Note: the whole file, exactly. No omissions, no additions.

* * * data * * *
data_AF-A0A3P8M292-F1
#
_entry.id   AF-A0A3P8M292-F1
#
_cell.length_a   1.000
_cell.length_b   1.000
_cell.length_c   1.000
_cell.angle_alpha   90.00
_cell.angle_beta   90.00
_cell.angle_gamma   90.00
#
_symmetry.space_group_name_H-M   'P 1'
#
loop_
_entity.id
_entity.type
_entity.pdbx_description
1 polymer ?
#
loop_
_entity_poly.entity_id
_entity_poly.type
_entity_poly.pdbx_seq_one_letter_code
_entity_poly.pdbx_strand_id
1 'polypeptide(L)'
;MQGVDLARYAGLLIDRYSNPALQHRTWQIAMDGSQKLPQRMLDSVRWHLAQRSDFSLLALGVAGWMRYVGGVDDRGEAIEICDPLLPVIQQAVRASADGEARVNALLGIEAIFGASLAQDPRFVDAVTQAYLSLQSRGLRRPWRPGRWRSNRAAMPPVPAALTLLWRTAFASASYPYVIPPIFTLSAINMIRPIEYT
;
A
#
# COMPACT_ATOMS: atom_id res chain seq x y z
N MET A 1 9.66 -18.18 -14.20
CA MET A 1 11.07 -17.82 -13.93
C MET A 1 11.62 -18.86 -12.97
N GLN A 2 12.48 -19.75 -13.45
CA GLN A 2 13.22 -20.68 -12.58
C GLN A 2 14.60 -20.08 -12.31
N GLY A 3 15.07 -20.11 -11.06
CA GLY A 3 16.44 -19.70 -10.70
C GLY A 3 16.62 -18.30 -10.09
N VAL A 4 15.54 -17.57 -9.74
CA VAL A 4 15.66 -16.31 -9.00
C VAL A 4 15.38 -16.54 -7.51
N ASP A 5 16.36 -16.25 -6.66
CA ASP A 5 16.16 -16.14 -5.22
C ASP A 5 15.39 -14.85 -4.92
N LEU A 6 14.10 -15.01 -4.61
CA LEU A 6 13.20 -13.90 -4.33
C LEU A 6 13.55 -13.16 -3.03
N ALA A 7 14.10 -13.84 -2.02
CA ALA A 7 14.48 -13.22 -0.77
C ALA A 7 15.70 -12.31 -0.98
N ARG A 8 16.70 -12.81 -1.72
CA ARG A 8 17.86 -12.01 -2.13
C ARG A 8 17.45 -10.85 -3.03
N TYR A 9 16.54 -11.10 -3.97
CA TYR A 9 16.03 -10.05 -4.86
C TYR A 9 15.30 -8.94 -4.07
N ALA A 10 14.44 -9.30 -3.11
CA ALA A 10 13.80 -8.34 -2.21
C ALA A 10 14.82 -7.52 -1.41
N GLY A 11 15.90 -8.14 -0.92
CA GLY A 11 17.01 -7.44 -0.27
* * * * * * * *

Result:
data_AF-A0A3P8M292-F1
#
_entry.id   AF-A0A3P8M292-F1
#
_cell.length_a   1.000
_cell.length_b   1.000
_cell.length_c   1.000
_cell.angle_alpha   90.00
_cell.angle_beta   90.00
_cell.angle_gamma   90.00
#
_symmetry.space_group_name_H-M   'P 1'
#
loop_
_entity.id
_entity.type
_entity.pdbx_description
1 polymer ?
#
loop_
_entity_poly.entity_id
_entity_poly.type
_entity_poly.pdbx_seq_one_letter_code
_entity_poly.pdbx_strand_id
1 'polypeptide(L)'
;MQGVDLARYAGLLIDRYSNPALQHRTWQIAMDGSQKLPQRMLDSVRWHLAQRSDFSLLALGVAGWMRYVGGVDDRGEAIEICDPLLPVIQQAVRASADGEARVNALLGIEAIFGASLAQDPRFVDAVTQAYLSLQSRGLRRPWRPGRWRSNRAAMPPVPAALTLLWRTAFASASYPYVIPPIFTLSAINMIRPIEYT
;
A
#
# COMPACT_ATOMS: atom_id res chain seq x y z
N MET A 1 9.66 -18.18 -14.20
CA MET A 1 11.07 -17.82 -13.93
C MET A 1 11.62 -18.86 -12.97
N GLN A 2 12.48 -19.75 -13.45
CA GLN A 2 13.22 -20.68 -12.58
C GLN A 2 14.60 -20.08 -12.31
N GLY A 3 15.07 -20.11 -11.06
CA GLY A 3 16.44 -19.70 -10.70
C GLY A 3 16.62 -18.30 -10.09
N VAL A 4 15.54 -17.57 -9.74
CA VAL A 4 15.66 -16.31 -9.00
C VAL A 4 15.38 -16.54 -7.51
N ASP A 5 16.36 -16.25 -6.66
CA ASP A 5 16.16 -16.14 -5.22
C ASP A 5 15.39 -14.85 -4.92
N LEU A 6 14.10 -15.01 -4.61
CA LEU A 6 13.20 -13.90 -4.33
C LEU A 6 13.55 -13.16 -3.03
N ALA A 7 14.10 -13.84 -2.02
CA ALA A 7 14.48 -13.22 -0.77
C ALA A 7 15.70 -12.31 -0.98
N ARG A 8 16.70 -12.81 -1.72
CA ARG A 8 17.86 -12.01 -2.13
C ARG A 8 17.45 -10.85 -3.03
N TYR A 9 16.54 -11.10 -3.97
CA TYR A 9 16.03 -10.05 -4.86
C TYR A 9 15.30 -8.94 -4.07
N ALA A 10 14.44 -9.30 -3.11
CA ALA A 10 13.80 -8.34 -2.21
C ALA A 10 14.82 -7.52 -1.41
N GLY A 11 15.90 -8.14 -0.92
CA GLY A 11 17.01 -7.44 -0.27